UT Health Science Center conducts fertility study for women with ovary syndrome
SAN ANTONIO (Sept. 4, 2009) — Researchers at The University of Texas Health Science Center at San Antonio are conducting a clinical research study to determine which medication will most likely result in pregnancy for women who have polycystic ovary syndrome (PCOS).
PCOS is the most common hormone disorder in women and one of the leading causes of infertility. PCOS is characterized by infrequent ovulation and a hormonal
imbalance leading to acne and growth of extra facial and body hair (known as hirsutism). Multiple cysts on the ovaries also may occur. The condition can lead to serious health problems if left untreated.
The study in the School of Medicine will determine which of two medications, Clomiphene Citrate or Letrozole, will most likely result in pregnancy in women
with PCOS. Both of these drugs affect estrogen metabolism, but they act through different mechanisms. Women between the ages of 18 and 40 who want to become pregnant and who have eight or fewer periods per year are eligible for screening to look for evidence of a hormonal imbalance or polycystic ovaries on ultrasound.
Participants will have regular visits during treatment. There is no cost for participating, and medication and infertility treatment are covered by the study. The researchers seek 150 women in San Antonio and surrounding counties for the study.
The study is sponsored by the Reproductive Medicine Network and the Eunice Kennedy Shriver National Institute of Child Health and Human Development (NICHD), and is under the direction of Robert G. Brzyski, M.D., Ph.D., of the Department of Obstetrics and Gynecology, Division of Reproductive Endocrinology.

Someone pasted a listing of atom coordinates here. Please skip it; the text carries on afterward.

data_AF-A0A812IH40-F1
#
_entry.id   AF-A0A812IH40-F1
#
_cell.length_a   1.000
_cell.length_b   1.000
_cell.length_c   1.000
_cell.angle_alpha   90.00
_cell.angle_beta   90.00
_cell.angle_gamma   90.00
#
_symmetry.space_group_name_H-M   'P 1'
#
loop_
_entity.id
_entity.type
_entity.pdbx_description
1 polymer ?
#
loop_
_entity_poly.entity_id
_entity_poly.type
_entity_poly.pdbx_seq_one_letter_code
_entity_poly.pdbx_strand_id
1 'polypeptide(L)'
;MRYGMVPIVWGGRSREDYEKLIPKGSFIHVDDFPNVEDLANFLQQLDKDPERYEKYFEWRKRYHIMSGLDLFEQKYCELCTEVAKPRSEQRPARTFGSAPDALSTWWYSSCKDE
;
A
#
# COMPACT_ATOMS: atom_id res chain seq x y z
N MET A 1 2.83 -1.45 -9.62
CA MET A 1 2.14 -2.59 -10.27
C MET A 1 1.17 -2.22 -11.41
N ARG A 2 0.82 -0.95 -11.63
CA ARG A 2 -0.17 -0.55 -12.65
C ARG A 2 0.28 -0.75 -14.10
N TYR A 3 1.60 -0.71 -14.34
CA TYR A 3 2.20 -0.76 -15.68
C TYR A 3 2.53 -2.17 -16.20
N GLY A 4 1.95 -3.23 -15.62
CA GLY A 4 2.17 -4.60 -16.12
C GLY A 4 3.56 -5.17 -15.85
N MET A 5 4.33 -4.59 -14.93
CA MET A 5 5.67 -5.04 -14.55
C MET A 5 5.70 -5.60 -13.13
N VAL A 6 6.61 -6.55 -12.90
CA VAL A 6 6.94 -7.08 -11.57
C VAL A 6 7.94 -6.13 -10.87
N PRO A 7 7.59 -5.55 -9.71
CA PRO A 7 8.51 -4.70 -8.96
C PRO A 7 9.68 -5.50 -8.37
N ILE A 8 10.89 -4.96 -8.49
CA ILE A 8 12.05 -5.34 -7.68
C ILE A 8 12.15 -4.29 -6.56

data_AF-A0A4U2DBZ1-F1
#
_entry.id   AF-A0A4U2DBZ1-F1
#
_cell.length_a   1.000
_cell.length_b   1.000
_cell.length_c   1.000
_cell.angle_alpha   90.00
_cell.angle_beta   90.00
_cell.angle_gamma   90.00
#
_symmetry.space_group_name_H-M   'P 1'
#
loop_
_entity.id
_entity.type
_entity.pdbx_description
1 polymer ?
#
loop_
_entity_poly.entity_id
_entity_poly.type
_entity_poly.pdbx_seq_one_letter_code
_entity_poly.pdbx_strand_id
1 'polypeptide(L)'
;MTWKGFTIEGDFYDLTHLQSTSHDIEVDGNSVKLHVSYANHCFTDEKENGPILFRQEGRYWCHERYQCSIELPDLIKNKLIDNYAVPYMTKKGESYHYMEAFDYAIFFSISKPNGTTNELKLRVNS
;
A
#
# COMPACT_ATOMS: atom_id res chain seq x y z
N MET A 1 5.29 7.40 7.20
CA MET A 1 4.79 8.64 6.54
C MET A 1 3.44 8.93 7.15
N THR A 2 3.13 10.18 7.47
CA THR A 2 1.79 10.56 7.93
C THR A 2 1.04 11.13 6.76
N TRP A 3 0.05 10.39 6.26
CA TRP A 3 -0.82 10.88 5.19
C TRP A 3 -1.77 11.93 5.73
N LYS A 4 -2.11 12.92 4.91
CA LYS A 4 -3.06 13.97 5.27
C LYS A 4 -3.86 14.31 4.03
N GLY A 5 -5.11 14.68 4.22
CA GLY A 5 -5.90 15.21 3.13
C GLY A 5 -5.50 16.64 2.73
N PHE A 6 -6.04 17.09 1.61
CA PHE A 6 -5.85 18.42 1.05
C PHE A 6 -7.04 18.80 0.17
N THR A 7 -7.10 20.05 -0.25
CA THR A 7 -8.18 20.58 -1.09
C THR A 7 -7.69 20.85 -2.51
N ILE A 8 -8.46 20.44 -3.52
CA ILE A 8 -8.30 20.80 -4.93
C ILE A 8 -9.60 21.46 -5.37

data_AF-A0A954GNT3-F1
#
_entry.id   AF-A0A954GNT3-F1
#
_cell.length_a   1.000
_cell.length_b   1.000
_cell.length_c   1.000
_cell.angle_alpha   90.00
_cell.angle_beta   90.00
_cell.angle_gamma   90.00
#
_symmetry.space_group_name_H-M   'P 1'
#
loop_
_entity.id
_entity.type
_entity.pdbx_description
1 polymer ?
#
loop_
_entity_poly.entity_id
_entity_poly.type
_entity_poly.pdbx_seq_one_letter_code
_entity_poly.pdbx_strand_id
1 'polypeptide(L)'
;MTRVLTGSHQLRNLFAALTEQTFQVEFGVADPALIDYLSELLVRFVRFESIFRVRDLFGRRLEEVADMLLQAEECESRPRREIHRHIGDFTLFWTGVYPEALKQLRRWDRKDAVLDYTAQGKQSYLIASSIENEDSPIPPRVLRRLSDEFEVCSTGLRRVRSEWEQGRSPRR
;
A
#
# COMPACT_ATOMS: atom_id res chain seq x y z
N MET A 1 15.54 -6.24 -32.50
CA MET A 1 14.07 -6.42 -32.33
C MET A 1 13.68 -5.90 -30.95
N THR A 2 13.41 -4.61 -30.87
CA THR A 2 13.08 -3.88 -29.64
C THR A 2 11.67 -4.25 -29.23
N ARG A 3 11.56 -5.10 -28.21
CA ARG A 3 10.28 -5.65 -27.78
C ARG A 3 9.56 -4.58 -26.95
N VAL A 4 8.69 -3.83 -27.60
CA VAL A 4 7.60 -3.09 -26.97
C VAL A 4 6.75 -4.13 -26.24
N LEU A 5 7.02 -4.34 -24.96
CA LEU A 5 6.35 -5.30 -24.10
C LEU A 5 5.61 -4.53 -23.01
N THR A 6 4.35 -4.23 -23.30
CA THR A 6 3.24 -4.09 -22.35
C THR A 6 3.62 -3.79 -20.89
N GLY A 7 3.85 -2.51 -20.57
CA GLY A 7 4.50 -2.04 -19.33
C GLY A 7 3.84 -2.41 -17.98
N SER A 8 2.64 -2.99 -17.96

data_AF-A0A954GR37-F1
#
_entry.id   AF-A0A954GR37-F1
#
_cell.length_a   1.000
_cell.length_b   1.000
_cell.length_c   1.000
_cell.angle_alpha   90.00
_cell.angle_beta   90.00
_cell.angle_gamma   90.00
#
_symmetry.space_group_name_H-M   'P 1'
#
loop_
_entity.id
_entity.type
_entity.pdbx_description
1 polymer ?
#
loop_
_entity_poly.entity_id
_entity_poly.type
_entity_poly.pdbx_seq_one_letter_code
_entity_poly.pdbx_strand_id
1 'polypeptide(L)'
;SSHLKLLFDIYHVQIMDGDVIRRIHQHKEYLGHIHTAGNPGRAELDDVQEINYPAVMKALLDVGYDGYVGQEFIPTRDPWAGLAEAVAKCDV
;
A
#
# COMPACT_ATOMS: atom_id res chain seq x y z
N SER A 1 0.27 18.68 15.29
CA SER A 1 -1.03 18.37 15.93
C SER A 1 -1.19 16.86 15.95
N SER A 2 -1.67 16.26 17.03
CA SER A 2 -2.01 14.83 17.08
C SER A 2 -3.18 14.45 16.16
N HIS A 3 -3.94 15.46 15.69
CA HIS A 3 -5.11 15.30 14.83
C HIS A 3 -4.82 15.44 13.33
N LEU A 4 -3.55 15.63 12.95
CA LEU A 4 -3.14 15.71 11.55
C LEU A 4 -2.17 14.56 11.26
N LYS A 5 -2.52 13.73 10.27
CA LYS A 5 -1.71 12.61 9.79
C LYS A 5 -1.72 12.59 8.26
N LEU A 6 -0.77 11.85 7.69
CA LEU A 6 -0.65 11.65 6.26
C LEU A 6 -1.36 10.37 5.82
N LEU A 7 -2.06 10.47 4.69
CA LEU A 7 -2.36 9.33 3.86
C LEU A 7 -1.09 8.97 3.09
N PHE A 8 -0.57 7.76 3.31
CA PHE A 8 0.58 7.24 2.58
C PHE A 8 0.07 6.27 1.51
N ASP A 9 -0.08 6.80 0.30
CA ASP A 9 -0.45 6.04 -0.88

The Reproductive Medicine Network has conducted other research on PCOS, including a comprehensive effort to compare two drugs in helping women with PCOS achieve successful pregnancy. The main finding of that study appeared in the New England Journal of Medicine, and the drug with the best success rate will be used in this study. The investigators are building on the results of that study to discover better infertility treatments for women with PCOS.
Patients who desire more information on this PCOS study are asked to contact study coordinator Carann Easton, R.N., at (210) 567-6245 or email@example.com.
The University of Texas Health Science Center at San Antonio is the leading research institution in South Texas and one of the major health sciences universities in the world. With an operating budget of $668 million, the Health Science Center is the chief catalyst for the $16.3 billion biosciences and health care sector in San Antonio’s economy. The Health Science Center has had an estimated $36 billion impact on the region since inception and has expanded to six campuses in San Antonio, Laredo, Harlingen and Edinburg. More than 26,400 graduates (physicians, dentists, nurses, scientists and other health professionals) serve in their fields, including many in Texas. Health Science Center faculty are international leaders in cancer, cardiovascular disease, diabetes, aging, stroke prevention, kidney disease, orthopaedics, research imaging, transplant surgery, psychiatry and clinical neurosciences, pain management, genetics, nursing,
dentistry and many other fields. For more information, visit www.uthscsa.edu .